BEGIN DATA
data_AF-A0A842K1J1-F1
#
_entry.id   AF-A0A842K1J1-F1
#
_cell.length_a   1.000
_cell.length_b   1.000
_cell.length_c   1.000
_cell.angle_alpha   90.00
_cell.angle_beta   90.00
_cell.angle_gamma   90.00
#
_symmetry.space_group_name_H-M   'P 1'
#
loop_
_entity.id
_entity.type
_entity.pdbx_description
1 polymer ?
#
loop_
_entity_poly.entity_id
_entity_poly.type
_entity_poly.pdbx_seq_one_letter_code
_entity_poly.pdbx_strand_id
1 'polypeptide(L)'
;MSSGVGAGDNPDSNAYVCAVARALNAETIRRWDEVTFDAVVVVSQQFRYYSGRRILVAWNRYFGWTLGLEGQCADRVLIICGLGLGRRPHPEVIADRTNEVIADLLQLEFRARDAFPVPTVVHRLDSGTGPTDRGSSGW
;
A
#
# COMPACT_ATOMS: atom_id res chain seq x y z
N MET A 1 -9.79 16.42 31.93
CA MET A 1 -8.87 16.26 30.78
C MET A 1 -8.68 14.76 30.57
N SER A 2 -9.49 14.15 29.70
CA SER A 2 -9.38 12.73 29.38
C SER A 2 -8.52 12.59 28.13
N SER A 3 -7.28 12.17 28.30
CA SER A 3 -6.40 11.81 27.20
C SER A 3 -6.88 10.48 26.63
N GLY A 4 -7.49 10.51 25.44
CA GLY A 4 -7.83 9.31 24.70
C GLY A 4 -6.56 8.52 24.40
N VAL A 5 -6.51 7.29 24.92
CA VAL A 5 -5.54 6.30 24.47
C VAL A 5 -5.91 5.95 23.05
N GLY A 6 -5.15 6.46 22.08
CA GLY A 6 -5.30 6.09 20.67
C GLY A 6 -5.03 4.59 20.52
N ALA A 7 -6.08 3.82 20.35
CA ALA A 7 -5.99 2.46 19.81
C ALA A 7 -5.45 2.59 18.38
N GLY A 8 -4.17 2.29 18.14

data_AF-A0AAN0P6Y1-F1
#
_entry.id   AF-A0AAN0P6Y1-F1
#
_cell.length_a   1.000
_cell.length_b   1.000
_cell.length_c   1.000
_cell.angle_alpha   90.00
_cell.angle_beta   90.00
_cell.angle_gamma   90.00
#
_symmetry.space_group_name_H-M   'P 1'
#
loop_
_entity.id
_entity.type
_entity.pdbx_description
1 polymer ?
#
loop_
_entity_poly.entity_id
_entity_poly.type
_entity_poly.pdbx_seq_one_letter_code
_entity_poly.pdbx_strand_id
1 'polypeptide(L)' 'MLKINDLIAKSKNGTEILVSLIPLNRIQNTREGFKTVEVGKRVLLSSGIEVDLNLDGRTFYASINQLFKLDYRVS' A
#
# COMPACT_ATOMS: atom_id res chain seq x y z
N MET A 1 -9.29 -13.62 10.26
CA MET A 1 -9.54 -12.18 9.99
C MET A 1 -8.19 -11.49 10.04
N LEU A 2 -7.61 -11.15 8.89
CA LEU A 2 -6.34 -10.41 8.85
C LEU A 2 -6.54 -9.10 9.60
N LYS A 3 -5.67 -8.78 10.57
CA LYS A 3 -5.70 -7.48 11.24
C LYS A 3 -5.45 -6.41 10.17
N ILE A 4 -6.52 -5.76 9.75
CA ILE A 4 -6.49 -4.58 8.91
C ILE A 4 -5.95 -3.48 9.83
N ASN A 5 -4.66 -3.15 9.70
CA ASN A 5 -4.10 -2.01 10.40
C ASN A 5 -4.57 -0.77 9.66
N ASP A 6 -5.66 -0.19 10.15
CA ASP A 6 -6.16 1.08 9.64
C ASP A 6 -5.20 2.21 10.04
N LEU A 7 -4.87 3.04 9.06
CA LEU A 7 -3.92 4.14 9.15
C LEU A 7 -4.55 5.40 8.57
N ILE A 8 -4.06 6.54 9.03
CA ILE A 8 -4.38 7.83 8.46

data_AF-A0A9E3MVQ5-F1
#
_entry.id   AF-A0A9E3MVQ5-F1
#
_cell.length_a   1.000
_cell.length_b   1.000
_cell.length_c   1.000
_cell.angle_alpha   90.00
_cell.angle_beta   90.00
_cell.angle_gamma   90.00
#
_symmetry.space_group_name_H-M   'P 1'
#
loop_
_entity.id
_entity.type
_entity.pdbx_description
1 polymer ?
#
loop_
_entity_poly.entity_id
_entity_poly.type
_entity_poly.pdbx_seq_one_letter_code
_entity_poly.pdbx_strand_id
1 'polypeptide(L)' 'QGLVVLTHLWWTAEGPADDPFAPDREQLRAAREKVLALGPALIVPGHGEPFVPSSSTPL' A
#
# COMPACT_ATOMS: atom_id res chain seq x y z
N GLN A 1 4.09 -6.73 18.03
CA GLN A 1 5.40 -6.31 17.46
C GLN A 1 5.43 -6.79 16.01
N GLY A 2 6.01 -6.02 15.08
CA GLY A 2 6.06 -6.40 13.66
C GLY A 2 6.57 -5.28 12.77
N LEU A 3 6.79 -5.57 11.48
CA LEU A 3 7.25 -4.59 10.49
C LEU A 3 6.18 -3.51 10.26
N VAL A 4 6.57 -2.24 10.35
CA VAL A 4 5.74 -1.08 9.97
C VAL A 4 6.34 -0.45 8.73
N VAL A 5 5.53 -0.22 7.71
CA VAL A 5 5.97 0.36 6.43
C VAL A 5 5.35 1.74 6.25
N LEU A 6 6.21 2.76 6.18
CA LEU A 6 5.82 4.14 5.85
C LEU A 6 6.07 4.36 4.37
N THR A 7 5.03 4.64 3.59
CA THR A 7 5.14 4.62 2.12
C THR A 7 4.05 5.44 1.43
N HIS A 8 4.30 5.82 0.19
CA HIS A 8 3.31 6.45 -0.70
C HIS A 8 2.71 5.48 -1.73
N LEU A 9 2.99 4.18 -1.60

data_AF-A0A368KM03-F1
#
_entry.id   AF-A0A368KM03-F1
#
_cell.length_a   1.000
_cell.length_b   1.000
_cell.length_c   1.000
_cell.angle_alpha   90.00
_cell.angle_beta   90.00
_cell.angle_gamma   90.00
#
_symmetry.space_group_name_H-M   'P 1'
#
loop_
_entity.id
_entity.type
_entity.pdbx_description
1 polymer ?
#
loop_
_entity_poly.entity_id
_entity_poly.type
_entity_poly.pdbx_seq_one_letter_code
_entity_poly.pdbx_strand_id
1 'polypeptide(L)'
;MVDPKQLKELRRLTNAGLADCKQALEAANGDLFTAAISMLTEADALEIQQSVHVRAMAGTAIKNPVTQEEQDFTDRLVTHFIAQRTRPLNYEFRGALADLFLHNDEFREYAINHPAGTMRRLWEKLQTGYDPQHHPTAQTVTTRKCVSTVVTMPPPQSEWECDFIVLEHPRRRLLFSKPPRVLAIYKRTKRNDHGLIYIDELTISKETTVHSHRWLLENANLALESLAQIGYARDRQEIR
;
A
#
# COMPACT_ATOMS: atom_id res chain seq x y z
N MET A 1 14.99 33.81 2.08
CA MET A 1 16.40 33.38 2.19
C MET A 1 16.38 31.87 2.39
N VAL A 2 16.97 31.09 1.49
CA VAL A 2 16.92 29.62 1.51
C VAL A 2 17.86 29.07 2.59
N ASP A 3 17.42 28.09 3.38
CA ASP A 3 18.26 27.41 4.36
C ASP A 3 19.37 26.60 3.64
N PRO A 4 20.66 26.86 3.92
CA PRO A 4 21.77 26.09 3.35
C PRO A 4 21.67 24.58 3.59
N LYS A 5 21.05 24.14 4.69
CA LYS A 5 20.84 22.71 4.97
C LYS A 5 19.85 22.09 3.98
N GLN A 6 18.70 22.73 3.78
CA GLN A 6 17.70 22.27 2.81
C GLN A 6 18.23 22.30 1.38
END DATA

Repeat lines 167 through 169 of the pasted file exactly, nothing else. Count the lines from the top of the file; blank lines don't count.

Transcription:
#
loop_
_entity.id